Blockchain Technology and Its Regulation in the U.S.

Blockchain is an emerging technology with the potential for improvement, expansion, growth and innovation. This evolving aspect of blockchain technology warrants excitement, with a tinge of caution thrown in for good measure. For this reason, consulting with a blockchain lawyer or cryptocurrency lawyer may prove reassuring.

What Is Blockchain?

To many, blockchain technology is the tech supporting digital bitcoin currency. Blockchain technology is emerging as a digital method of transaction verification that companies can make instantaneously on a network without going through a central authority.

Blockchain is a digital, publicly accessible ledger that tracks all cryptocurrency transactions. The newest transactions form “blocks,” with the recorded information becoming part of the chain upon completion of a block. This provides a way for those participating in the market to keep track of digital currency transactions without going through a central recordkeeping repository.

Each computer connected to the network is a node in the network and automatically gets a downloaded copy of the blockchain ledger. Blockchains use distributed ledger technology, allowing verification of transactions, as well as the digitization and insertion of any document into the blockchain.

The result is an unchangeable, permanent record. The authenticity of the record is verifiable by each node using the blockchain network, alleviating the need for a single centralized authority for authentication.

Regulating Blockchains

No private party or governmental entity controls public blockchains, meaning there is no designated “record keeper” or accountant. With no definitive regulations in place, the U.S. states are free to implement their own regulations and rules.

In June 2015, New York became the first U.S. state to initiate rulemaking measures to regulate virtual currency companies. By 2017, eight U.S. states have developed bills promoting or accepting the use of blockchain technology and Bitcoin.

Federal regulators are beginning to take notice, however. In December 2017, Forbes reported the Internal Revenue Service and the Securities and Exchange Commission, among others, are beginning the groundwork toward regulation of blockchain technology.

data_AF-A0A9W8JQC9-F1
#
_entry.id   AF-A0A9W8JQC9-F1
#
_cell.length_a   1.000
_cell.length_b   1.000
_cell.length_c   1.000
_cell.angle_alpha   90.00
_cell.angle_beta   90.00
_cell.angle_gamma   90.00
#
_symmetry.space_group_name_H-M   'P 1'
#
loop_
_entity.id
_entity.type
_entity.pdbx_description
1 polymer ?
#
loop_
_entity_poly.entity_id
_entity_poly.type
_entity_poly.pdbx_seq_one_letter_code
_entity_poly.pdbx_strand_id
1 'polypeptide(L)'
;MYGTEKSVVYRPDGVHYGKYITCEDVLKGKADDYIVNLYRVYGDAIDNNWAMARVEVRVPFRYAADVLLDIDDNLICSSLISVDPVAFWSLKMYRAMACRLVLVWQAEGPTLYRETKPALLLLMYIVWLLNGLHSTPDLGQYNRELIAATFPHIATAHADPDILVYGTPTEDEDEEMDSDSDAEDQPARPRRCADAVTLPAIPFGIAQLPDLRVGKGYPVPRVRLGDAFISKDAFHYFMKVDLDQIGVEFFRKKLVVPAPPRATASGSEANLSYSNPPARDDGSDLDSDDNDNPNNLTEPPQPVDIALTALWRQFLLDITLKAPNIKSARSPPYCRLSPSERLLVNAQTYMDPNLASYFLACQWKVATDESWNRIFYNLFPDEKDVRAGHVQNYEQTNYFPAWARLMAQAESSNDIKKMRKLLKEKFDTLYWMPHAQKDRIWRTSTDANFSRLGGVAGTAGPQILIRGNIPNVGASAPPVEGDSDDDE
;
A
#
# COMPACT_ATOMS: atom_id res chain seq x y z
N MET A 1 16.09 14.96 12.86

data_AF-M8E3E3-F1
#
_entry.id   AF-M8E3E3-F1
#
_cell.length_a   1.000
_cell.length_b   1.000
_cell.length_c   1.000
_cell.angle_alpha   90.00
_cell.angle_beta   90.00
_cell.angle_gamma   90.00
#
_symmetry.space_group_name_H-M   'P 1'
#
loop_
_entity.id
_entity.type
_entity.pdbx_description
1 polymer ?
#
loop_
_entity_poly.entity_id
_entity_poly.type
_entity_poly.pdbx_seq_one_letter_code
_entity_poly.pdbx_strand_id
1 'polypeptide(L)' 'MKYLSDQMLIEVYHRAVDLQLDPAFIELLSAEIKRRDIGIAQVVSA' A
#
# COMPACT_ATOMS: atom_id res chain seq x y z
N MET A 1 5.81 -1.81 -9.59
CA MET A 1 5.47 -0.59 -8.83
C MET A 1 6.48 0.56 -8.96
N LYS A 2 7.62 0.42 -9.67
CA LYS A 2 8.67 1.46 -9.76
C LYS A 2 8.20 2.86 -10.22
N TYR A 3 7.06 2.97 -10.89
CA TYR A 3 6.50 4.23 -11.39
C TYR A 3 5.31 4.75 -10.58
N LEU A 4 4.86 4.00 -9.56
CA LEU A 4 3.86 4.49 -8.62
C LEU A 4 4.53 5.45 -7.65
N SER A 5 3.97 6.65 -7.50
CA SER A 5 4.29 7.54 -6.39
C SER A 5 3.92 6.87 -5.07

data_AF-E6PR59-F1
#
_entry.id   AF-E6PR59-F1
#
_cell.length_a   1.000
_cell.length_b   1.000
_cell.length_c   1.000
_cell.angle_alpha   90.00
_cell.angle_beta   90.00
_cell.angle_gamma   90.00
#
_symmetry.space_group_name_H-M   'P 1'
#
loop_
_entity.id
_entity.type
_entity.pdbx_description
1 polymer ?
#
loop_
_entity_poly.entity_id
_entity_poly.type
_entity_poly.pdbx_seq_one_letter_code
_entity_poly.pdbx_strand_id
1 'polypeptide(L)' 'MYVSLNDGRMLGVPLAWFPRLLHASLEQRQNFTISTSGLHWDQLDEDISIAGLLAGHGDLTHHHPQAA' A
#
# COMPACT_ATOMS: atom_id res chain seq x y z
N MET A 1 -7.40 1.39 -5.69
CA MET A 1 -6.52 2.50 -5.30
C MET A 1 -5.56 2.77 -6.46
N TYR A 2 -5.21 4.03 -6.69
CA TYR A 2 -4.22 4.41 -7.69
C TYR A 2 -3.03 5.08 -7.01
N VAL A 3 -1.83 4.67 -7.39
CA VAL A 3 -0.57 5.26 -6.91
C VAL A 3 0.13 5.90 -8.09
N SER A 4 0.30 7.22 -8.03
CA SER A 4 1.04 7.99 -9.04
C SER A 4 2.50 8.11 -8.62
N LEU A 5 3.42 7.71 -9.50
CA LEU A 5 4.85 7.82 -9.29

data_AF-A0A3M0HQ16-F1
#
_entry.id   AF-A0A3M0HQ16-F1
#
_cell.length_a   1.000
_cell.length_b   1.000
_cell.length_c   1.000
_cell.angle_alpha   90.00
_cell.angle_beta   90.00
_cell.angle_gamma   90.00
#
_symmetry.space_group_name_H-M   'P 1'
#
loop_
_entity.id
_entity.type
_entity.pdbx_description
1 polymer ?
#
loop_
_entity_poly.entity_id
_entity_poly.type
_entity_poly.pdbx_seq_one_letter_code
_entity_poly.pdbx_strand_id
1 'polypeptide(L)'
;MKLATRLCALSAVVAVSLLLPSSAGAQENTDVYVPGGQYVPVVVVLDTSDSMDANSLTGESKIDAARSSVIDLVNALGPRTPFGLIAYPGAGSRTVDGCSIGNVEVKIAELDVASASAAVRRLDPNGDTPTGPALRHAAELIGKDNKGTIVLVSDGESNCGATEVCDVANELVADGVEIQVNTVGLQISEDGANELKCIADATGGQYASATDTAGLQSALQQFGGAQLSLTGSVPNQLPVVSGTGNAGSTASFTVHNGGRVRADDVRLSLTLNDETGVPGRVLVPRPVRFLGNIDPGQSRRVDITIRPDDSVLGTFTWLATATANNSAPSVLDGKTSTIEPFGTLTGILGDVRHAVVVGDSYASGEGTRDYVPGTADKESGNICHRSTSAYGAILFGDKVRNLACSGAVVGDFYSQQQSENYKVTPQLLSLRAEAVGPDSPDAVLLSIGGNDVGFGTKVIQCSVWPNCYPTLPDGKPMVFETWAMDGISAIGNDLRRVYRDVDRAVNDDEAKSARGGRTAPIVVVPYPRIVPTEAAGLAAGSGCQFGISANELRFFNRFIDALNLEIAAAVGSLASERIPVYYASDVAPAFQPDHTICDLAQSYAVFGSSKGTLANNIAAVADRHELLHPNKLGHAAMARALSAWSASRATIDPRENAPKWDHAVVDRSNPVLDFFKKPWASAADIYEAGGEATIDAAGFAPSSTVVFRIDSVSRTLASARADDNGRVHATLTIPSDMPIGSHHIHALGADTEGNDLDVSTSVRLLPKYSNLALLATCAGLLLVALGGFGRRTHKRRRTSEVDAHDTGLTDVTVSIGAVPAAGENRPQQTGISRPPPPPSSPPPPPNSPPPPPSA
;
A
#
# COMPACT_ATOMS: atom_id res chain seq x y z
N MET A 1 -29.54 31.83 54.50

The U.S. Commodity Futures Trading Commission (CFTC) ruled in 2015 that cryptocurrencies are commodities and can be regulated. In March 2018, a U.S. District judge upheld the ruling, giving the CFTC standing to regulate virtual currencies as commodities. Subsequently, the Securities and Exchange Commission ( SEC) is advising registration of platforms dealing in cryptocurrencies as a condition of doing business in the United States.

Potential Regulatory Challenges

Before the U.S. accepts blockchain technology as a legitimate legal tool in financial services circles, it may face some of the following regulatory challenges.

  • Legal nature. Issues such as jurisdiction, applicable law, liability and territoriality should something go wrong are being raised. The legal nature of blockchains and shared distributed ledgers are potential points of question since these have no specific location, since each network node may fall under different local legal requirements.
  • Recognizing blockchains as immutable, tamperproof nodes. There needs to be a legal framework to identify the veracity of information contained in blockchains. This is necessary for blockchains to qualify as unique, trusted sources for data protection and authentication of legal persons.
  • Acceptance in court. Inclusion of a document in a blockchain implies the document stands as proof of existence or ownership. There is currently no legal precedent on which to base this claim.
  • Liability in smart contracts. Because the distributed ledger of a blockchain doesn’t have a specific location, questions of which party to the contract is liable should the smart contract fail are rightfully raised. Liability could fall to any or all the parties involved with the contract, generating potential jurisdictional issues.

A Work in Progress

Blockchain technology is being implemented across the globe. Anywhere there is internet access, a node in blockchain technology may exist. The advantages of this rapidly evolving technology are steadily expanding and changing. While its final form isn’t yet known, it is here to stay.